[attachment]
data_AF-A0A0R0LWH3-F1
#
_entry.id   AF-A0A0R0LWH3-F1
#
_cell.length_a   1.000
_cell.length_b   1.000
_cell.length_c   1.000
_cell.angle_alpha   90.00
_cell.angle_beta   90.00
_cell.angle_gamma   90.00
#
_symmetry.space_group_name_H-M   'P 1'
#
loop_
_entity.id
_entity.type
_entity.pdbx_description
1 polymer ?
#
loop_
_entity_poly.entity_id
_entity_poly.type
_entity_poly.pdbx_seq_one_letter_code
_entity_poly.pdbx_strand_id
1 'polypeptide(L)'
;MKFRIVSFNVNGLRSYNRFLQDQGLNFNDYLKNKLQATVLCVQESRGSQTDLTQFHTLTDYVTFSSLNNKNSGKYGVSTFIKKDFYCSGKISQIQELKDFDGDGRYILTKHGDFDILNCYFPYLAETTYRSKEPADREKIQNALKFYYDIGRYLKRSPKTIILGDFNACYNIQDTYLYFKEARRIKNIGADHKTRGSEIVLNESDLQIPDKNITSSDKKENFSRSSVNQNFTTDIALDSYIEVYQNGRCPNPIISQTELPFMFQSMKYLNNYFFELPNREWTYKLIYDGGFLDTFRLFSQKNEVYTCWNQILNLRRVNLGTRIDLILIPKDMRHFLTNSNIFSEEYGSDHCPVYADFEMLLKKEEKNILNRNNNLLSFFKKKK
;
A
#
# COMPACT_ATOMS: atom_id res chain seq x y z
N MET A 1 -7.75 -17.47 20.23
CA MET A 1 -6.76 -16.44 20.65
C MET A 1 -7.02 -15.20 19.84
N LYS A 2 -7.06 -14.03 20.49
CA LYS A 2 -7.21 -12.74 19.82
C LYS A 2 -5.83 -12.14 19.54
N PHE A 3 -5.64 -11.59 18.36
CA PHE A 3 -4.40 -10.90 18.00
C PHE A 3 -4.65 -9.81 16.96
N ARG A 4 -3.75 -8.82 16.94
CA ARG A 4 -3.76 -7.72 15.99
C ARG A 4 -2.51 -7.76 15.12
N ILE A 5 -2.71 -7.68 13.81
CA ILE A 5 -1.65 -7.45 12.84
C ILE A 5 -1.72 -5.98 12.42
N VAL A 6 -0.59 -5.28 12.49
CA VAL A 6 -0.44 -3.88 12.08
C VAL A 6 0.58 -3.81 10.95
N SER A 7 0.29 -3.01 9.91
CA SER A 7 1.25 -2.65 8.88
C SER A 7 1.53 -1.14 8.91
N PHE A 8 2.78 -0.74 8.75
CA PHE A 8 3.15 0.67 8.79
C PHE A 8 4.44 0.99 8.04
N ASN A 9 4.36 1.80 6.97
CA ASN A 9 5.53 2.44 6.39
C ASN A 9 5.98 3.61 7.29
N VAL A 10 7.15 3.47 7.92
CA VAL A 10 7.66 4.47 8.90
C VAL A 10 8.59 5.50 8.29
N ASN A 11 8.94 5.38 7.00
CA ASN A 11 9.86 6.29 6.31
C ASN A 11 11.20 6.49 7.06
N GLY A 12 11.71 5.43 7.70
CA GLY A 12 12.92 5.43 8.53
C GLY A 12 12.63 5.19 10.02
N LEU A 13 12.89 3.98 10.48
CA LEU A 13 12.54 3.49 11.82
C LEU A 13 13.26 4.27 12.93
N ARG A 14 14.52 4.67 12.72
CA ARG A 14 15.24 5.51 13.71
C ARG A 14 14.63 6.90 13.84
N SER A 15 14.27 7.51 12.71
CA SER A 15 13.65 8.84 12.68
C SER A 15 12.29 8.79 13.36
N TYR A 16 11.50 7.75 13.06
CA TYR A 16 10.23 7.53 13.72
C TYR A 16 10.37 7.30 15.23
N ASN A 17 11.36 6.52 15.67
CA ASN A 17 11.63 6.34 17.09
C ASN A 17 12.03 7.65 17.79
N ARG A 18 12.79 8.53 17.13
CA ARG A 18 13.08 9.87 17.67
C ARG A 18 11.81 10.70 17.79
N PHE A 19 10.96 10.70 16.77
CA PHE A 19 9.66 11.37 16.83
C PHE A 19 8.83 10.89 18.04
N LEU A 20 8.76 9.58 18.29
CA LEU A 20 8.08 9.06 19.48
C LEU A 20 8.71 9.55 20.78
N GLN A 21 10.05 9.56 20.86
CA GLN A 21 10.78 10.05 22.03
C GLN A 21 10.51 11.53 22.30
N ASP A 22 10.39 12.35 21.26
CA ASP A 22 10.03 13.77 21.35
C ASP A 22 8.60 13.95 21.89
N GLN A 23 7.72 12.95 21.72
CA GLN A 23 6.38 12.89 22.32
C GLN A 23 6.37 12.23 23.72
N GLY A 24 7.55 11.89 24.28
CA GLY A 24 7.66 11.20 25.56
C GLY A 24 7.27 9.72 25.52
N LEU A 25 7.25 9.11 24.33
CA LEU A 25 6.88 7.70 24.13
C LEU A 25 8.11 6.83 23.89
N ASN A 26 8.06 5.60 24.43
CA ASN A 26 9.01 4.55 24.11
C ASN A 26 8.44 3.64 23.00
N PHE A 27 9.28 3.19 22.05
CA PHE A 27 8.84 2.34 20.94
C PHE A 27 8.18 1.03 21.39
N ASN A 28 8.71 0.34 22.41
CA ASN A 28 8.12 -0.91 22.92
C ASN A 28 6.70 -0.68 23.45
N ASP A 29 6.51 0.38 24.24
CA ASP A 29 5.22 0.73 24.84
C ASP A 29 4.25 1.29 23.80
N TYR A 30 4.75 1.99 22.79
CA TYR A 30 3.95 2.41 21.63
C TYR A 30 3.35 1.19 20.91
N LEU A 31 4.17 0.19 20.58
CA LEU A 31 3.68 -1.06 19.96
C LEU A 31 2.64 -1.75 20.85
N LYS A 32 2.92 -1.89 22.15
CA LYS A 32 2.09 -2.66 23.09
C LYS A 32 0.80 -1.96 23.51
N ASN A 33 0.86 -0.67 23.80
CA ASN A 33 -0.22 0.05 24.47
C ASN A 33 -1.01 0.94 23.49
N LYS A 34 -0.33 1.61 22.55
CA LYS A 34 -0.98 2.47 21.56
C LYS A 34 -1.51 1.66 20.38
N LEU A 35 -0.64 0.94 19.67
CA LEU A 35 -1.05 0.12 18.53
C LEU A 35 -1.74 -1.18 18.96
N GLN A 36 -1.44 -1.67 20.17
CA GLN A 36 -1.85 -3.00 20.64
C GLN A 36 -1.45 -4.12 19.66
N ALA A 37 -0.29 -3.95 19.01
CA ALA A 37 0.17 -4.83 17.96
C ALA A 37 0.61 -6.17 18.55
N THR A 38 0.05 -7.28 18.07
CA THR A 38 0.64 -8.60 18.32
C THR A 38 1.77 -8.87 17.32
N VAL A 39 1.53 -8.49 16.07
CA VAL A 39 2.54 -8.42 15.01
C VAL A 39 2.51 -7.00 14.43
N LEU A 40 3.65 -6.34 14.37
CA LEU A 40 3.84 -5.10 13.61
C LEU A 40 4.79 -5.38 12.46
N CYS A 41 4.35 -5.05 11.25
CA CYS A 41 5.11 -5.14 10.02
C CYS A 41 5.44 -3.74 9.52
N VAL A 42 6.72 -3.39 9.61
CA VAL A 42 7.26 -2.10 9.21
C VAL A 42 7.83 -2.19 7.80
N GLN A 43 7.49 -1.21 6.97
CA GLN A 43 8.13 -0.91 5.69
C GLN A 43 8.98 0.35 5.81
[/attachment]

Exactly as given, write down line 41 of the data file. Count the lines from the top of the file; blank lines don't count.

CA ARG A 4 -3.76 -7.72 15.99